Bullying in the Workplace

17 July 2017 Alex McDonald

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Bullying – a dirty word for some, a reality for many in aged care.

The aged care sector is rooted in the history of the traditional nursing training, which meant that newer nurses were given the dirty jobs and waited their turn until they were promoted based on how long they had been there for. Unfortunately, even though it is illegal, bullying in today’s aged care sector is still a persistent problem for many organisations.

Definitively, workplace bullying is the “verbal, physical, social or psychological abuse by your employer (or manager), another person or group of people at work” (Australian Human Rights Commission, 2017, p1). While legally, an employer is responsible for ensuring a safe work place, which is free from bullying. Given the history of the aged care sector, responding to complaints of bullying is almost a regular occurrence in the aged care sector for human resource professionals.  What is not known, however, is the impact that this has on the workplace long term.

Bullying creates social stress and psychological harm in both the short term and long term, to both the victim and those who may have witness the occurrences. This means that the impact of bullying is usually greater than just the person who reports the incidence, but many of these impacts go unnoticed and not addressed in the workplace.

This creates reputational damage for the organisation and manager in charge in both the short and long term as current employees change their opinion and psychological contract expectations of their workforce as a result of the way in which an organisation responds to a complaint of bullying. For example, if an organisation ignores a complaint, or sweeps it under the rug, then employees will perceive the organisation as uncaring and not supportive. This results in employees rethinking their future with that organisation. When that employee eventually leaves that organisation, they take with them their perceptions of the organization and talk to others about their previous experience, which comes with it a recommendation to never work for that organisation and/or that manager again.  As many employees stay within the aged care sector and work at multiple employers across their careers, this reputation and perception of that organisation stays with them, resulting in that organisation having difficulty recruiting employees in the future as a result of the reputational damage done from one incident – regardless of how long ago that incident occurred. Thus, the way an organisation responds to an allegation of bullying and how they treat the perceived victim and perpetrator, will impact the long-term attractiveness of the organisation. However, many organisations do not consider the long term reputational implications of bullying in the workplace.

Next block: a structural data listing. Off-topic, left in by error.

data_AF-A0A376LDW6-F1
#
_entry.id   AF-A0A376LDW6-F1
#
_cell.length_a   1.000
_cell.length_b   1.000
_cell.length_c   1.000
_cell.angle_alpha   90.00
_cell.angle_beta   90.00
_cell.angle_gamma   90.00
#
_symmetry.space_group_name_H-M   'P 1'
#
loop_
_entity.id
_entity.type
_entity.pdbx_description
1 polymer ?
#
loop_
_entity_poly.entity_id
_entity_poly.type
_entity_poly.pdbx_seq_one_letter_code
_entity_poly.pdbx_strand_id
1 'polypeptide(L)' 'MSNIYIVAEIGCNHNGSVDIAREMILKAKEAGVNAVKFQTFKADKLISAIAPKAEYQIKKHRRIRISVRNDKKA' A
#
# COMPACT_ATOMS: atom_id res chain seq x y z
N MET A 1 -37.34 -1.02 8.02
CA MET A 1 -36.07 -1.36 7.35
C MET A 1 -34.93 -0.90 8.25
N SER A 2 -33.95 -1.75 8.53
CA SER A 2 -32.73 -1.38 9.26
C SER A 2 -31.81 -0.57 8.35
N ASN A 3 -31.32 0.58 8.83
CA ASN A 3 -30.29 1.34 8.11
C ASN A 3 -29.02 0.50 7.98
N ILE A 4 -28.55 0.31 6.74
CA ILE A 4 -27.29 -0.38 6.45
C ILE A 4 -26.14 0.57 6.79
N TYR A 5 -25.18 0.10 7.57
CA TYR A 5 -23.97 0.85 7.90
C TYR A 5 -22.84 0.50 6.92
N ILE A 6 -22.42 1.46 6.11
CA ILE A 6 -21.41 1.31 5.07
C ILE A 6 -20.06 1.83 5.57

The reality of this for some organisation is that even though the perpetrators may be long gone, the impact that the episode of bullying has had on the reputation of the organisation as lives on. This means that the organisation needs to rethink its marketing strategy to potential future employers to repair some of the damage made. How this is done, depends on the culture of the organisation, and as such, the strategy would need individual tailoring by professional experts in the field.

For those organisations that are currently experiencing issues of bullying at work, it is important to remember that your actions will be remembered for a long time to come so it is important that you support all parties involved appropriately, and follow up after the episode to show you care to your employees. This is important as those organisations that are perceived to care about their employees, are more likely to retain and fill vacancies quicker than those who do not.



Australian Human Rights Commission (2017).  Workplace bullying: Violence, Harassment and Bullying Fact sheet. Retrieved 30/6/17 at: https://www.humanrights.gov.au/workplace-bullying-violence-harassment-and-bullying-fact-sheet